• WTH, Casting Agency?: invoked
    • In his video on ERASED one of his problems with the show was how Satoru was voiced by a newcomer voice actor with no anime experience while the other characters are voiced by standard anime voice actors.
    • While talking about the first episode of Joker Game, he mentions how a minor character in the first episode despite being American and talking English was given a Japanese voice actor. Made all the more jarring when the character speaks Japanese and he sounds more fluent in that language rather than his native tongue.
  • You Keep Using That Word: "Reacting to Watchmojo's Asinine Anime Deconstruction Video", "Is There Meaning In "Subverting" Shounen Tropes?", and "Madoka Magica isn't a Deconstruction" are about how annoyed he is that people bandy about the term "deconstruction" as if it means a show that's slightly different from the Lowest Common Denominatorinvoked, something that's Darker and Edgier, or a show that draws attention to the cliche it's using while still playing it straight. What Digi defines as a deconstruction is a work that commentates on the genre it is deconstructing and destroys the power fantasy aspects of it.
    • In "Is There Meaning In "Subverting" Shounen Tropes?" he talks about shonen series such as Hunter × Hunter and One-Punch Man that many people claim to be subversive or deconstructions of typical shonen series. However his stance on them is that they're straight up battle shonen series that are just better executed than most shonen in terms of subverting the audiences' expectations in comparison to series like Bleach or Fairy Tail that fail to do so. He cites Samurai Flamenco and Watchmen as actually deconstructing superheroes by extensively commenting on the history of sentai shows and superhero comics, respectively, while showing actually becoming a superhero as an unattainable fantasy (at least until Flamenco pulls a Genre Shift).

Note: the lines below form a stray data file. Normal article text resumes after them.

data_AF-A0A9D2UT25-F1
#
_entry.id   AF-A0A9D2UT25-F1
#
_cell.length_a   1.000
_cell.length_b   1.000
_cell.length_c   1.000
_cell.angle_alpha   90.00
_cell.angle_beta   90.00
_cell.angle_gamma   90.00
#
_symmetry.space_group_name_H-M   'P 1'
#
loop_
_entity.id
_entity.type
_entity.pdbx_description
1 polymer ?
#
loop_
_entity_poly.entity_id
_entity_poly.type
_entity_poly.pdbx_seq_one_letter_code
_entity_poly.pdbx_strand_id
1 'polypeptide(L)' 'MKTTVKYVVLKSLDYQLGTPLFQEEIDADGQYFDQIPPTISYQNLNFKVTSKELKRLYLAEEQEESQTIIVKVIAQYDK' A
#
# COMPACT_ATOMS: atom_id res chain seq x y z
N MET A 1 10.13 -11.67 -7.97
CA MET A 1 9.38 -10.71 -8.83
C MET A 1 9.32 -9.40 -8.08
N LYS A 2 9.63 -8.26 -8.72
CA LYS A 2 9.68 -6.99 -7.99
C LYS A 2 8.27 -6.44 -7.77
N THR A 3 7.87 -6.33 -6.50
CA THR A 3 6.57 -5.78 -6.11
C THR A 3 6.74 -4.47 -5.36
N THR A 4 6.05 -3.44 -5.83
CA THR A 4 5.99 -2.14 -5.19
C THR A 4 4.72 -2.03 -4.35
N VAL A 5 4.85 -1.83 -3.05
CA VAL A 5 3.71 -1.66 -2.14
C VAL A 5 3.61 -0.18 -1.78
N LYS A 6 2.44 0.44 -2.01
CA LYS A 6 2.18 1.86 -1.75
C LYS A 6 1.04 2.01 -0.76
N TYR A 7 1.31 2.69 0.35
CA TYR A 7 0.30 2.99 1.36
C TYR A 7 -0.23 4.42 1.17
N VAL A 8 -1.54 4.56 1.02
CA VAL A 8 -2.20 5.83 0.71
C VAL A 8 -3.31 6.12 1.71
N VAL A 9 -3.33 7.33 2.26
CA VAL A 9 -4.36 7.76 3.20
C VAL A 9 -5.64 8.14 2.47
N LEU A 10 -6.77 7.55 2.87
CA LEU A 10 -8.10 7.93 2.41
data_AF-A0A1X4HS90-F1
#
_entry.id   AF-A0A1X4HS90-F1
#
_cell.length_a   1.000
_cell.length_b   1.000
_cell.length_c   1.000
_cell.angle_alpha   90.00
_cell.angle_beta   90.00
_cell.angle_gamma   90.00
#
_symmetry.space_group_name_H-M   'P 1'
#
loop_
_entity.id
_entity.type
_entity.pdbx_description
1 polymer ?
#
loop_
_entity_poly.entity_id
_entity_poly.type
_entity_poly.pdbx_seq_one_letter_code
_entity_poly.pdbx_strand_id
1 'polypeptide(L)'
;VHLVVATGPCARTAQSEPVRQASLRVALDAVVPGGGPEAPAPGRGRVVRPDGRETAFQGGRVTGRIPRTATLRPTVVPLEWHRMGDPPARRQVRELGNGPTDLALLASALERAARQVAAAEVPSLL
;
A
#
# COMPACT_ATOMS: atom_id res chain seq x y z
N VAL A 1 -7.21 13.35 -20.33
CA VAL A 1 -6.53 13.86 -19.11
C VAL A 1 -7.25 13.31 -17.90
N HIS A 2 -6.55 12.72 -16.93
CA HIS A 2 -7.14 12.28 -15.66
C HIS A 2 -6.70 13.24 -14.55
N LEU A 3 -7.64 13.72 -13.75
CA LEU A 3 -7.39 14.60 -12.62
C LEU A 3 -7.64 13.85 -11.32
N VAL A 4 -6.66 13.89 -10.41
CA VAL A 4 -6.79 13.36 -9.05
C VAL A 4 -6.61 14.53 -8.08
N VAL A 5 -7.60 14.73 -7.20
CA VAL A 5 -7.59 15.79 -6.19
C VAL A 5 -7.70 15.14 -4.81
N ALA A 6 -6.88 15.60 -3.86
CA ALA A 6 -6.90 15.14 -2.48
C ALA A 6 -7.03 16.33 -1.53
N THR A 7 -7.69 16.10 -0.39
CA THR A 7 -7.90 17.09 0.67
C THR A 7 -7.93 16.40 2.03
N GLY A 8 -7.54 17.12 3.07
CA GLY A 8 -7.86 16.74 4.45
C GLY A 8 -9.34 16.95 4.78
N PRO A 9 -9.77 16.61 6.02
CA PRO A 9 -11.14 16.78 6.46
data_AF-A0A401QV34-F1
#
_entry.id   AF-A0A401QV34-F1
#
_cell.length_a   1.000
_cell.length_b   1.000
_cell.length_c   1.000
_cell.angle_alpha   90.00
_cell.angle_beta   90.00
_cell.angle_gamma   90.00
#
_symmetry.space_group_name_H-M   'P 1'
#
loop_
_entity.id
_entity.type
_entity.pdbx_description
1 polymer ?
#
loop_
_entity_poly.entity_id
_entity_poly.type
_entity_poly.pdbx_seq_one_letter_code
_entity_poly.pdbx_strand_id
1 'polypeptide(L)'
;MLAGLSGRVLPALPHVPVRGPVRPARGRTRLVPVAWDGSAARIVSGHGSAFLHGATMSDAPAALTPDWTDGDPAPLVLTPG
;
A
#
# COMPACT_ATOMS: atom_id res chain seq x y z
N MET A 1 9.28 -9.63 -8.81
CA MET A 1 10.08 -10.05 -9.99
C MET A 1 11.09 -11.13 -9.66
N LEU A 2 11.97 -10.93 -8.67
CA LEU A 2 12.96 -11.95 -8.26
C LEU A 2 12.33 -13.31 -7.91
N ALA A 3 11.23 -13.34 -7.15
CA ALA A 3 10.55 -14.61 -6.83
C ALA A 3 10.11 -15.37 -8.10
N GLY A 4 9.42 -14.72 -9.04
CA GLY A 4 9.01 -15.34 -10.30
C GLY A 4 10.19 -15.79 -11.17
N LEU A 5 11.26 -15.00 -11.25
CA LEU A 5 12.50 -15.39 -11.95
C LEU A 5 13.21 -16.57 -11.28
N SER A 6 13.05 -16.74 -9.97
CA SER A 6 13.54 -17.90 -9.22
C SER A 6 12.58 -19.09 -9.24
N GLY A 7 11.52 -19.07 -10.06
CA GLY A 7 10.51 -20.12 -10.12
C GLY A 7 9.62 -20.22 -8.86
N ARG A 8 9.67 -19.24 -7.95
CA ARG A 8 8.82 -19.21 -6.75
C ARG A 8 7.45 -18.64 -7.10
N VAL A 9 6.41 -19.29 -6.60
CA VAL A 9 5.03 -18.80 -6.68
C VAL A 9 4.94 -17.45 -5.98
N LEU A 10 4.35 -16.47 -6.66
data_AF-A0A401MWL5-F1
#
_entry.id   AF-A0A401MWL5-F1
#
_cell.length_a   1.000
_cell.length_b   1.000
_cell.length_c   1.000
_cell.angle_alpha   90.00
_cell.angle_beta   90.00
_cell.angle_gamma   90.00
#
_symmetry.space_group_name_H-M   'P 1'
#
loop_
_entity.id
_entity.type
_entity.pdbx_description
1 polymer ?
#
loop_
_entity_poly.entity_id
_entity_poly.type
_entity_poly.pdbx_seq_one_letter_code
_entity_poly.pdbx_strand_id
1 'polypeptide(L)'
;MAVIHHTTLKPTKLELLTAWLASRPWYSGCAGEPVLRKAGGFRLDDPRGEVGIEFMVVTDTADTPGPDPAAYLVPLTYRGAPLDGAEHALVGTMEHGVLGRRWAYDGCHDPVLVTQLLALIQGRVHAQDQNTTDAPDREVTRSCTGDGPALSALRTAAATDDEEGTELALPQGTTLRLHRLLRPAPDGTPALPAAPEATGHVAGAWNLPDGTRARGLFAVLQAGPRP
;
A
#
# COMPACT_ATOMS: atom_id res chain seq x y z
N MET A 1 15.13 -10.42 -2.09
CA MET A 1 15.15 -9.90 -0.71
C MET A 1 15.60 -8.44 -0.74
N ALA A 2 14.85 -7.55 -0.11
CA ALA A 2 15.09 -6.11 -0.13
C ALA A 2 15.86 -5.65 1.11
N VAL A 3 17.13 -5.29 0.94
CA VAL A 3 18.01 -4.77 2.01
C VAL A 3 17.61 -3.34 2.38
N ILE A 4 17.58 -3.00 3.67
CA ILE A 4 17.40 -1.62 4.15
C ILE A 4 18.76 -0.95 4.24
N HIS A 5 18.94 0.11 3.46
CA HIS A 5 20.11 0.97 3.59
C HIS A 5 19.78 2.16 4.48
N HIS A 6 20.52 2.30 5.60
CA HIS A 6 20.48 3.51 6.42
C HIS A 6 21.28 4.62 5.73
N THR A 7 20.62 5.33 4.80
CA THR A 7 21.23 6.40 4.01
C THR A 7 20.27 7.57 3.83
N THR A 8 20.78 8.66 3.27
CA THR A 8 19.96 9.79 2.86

• Mobile Suit Gundam is not a deconstruction of the Super Robot Genre, as it doesn't really address the tropes or conventions of that genre, but rather started its own genre by just trying to make robots more realistic.
    • Bakemonogatari is not a deconstruction of fanservice; it's merely lampshaded and Played for Laughs while ultimately giving you the same kind of fanservice.
    • Daily Lives of High School Boys is not a deconstruction of Slice-of-life; it's just like any other comedy series where wacky things happen in everyday life like Nichijou or Azumanga Daioh.
    • My Love Story!! is not a deconstruction of the shoujo romance just because it has a male protagonist who is not conventionally attractive; it's merely trying to put an original spin on a common plot, and Takeo basically gets to experience the same kind of romance that other protagonists do.